PUBLISHER/EDITOR: Julia Beverly MUSIC REVIEWS: ADG, Wally Sparks CONTRIBUTORS: Bogan, Cynthia Coutard, Dain Burroughs, Darnella Dunham, Felisha Foxx, Felita Knight, Iisha Hillmon, Jaro Vacek, Jessica Koslow, J Lash, Katerina Perez, Keith Kennedy, K.G. Mosley, King Yella, Lisa Coleman, Malik “Copafeel” Abdul, Marcus DeWayne, Matt Sonzala, Maurice G. Garland, Natalia Gomez, Noel Malcolm, Ray Tamarra, Rayfield Warren, Rohit Loomba, Spiff, Swift SALES CONSULTANT: Che’ Johnson (Gotta Boogie) LEGAL AFFAIRS: Kyle P. King, P.A. (King Law Firm) STREET REPS: Al-My-T, B-Lord, Bill Rickett, Black, Bull, Cedric Walker, Chill, Chilly C, Chuck T, Controller, Dap, Delight, Dereck Washington, Derek Jurand, Dwayne Barnum, Dr. Doom, Ed the World Famous, Episode, General, H-Vidal, Hollywood, Jammin’ Jay, Janky, Jason Brown, Joe Anthony, Judah, Kamikaze, Klarc Shepard, Kydd Joe, Lex, Lump, Marco Mall, Miguel, Mr. Lee, Music & More, Nick@Nite, Pat Pat, PhattLipp, Pimp G, Quest, Red Dawn, Rippy, Rob-Lo, Statik, Stax, TJ’s DJ’s, Trina Edwards, Vicious, Victor Walker, Voodoo, Wild Bill ADMINISTRATIVE: Melinda Paz, Nikki Kancey CIRCULATION: Mercedes (Strictly Streets) Buggah D. Govanah (On Point) Big Teach (Big Mouth) Efren Mauricio (Direct Promo) To subscribe, send check or money order for $11 to: 1516 E. Colonial Dr. Suite 205 Orlando, FL 32803 Phone: 407-447-6063 Fax: 407-447-6064 Web: www.ozonemag.com Cover credits: Trillville photo by Julia Beverly; Memphis Bleek & Young Gunz photo by Eric Johnson. OZONE Magazine is published eleven times annually by OZONE Magazine, Inc. OZONE does not take responsibility for unsolicited materials, misinformation, typographical errors, or misprints. The views contained herein do not necessarily reflect those of the publisher or its advertisers. Ads appearing in this magazine are not an endorsement or validation by OZONE Magazine for products or services offered. All photos and illustrations are copyrighted by their respective artists. All other content is copyright 2005 OZONE Magazine, all rights reserved. No portion of this magazine may be reproduced in any way without the written consent of the publisher. Printed in the USA.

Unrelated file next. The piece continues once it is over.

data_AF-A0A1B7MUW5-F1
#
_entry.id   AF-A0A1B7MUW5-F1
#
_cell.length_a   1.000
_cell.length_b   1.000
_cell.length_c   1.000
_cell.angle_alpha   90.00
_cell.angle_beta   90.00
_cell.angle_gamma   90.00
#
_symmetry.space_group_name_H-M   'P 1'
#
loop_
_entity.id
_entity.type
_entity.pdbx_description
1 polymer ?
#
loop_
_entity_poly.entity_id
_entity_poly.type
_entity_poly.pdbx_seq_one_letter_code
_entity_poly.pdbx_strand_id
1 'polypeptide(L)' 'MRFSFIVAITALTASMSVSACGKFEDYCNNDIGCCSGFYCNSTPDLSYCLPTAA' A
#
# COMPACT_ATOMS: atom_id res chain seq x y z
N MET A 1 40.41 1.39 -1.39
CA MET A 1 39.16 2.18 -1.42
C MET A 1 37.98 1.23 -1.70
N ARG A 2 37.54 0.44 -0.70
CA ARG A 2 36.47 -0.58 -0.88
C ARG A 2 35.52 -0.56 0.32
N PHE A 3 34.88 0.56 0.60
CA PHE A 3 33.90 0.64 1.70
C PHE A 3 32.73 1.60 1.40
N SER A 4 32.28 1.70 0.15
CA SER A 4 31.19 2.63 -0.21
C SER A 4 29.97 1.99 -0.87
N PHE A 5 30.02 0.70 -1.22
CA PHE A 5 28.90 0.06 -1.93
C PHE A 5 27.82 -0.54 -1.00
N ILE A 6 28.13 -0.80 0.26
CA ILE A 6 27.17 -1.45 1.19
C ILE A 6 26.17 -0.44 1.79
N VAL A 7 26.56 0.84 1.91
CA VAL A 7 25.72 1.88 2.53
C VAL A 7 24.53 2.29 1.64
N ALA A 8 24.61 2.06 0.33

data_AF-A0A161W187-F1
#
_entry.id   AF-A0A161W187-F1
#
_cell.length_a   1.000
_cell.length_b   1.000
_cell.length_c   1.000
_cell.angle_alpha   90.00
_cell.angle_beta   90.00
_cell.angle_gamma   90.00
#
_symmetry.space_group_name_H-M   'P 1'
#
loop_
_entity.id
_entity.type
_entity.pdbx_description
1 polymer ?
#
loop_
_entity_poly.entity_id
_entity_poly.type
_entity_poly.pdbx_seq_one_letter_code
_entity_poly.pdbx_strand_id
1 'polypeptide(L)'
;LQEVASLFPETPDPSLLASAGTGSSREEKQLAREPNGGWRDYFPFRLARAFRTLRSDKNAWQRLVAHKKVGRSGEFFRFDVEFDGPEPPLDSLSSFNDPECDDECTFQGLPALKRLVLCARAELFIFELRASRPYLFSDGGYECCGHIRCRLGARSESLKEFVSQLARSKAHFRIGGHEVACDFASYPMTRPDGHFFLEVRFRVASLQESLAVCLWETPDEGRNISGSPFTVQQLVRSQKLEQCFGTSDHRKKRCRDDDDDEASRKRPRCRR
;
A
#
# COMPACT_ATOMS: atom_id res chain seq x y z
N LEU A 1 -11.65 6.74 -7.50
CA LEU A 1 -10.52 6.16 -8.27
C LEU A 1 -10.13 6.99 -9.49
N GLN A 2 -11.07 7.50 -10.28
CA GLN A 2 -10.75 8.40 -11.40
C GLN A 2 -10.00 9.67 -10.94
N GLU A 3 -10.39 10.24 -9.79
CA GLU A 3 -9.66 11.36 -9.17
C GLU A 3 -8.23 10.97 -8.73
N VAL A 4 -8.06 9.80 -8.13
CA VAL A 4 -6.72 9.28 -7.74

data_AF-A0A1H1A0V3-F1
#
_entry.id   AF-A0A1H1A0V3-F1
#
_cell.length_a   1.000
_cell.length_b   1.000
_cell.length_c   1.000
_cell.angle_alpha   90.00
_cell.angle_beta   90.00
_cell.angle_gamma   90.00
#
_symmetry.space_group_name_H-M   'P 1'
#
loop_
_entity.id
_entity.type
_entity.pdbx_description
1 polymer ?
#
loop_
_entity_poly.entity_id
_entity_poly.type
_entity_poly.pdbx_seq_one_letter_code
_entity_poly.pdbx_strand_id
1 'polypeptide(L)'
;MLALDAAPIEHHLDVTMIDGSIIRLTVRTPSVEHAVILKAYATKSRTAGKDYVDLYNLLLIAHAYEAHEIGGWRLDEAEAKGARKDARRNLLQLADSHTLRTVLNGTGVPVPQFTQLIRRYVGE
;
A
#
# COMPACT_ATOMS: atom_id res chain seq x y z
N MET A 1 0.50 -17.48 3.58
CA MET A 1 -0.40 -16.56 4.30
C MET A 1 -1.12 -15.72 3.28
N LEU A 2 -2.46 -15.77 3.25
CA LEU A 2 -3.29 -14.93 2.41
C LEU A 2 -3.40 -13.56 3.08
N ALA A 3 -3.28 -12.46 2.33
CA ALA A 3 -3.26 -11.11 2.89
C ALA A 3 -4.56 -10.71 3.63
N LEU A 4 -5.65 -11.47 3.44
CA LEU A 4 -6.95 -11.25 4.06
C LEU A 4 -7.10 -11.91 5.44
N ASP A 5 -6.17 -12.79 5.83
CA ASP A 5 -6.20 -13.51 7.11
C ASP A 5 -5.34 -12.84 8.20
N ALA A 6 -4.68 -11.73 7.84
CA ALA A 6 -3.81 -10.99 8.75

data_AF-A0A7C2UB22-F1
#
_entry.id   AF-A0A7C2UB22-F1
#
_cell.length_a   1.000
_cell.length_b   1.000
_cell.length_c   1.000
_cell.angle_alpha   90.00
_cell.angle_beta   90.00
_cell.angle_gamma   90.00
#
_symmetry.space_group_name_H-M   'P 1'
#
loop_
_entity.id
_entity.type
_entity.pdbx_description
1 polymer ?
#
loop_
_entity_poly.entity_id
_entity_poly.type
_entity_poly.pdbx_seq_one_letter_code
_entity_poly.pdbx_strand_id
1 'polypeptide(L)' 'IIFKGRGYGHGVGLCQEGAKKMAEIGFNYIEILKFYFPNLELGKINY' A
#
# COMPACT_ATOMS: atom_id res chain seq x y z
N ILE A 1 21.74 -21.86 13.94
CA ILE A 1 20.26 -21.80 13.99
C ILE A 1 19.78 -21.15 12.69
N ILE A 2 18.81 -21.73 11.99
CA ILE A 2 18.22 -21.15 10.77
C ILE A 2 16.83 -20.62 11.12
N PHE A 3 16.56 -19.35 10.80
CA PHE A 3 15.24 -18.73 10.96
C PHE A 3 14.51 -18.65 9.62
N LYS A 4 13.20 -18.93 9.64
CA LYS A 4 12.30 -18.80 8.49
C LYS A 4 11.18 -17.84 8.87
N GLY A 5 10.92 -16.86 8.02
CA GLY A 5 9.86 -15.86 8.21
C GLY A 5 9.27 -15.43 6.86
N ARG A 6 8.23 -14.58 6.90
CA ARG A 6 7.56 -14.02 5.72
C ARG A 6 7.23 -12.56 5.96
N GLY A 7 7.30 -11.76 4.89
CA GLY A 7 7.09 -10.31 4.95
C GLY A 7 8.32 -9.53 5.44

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JB, I read your article on BET, and I wanna tell you, man, keep bussin’ they ass! That’s a real reality check for their ass. We need more writers to do the same! – Greedy, firstname.lastname@example.org (Jackson, MS) JB, I loved your “2 cents” editorial. I must say I’m quite impressed because you’re a girl and love hip-hop (no disrespect towards your female abilities). You are now my new role model for 2005 and forever. Love the magazine. You get two thumbs up. Congratulations on your recent awards, and I wish OZONE the best as it grows to become even more successful. – Trell Bolling, email@example.com Fuck BET! Ha ha. I loved your editorial. Damn, JB! You really impressed me with the way you handled BET and their staff of haters. That really took some balls. BET should be trying to interview you! I know it ain’t easy being a female in the industry, especially being a white female. It’s a whole lot stacked against you and your success, so for you to have taken your magazine from nothing to what it is today is a huge ac-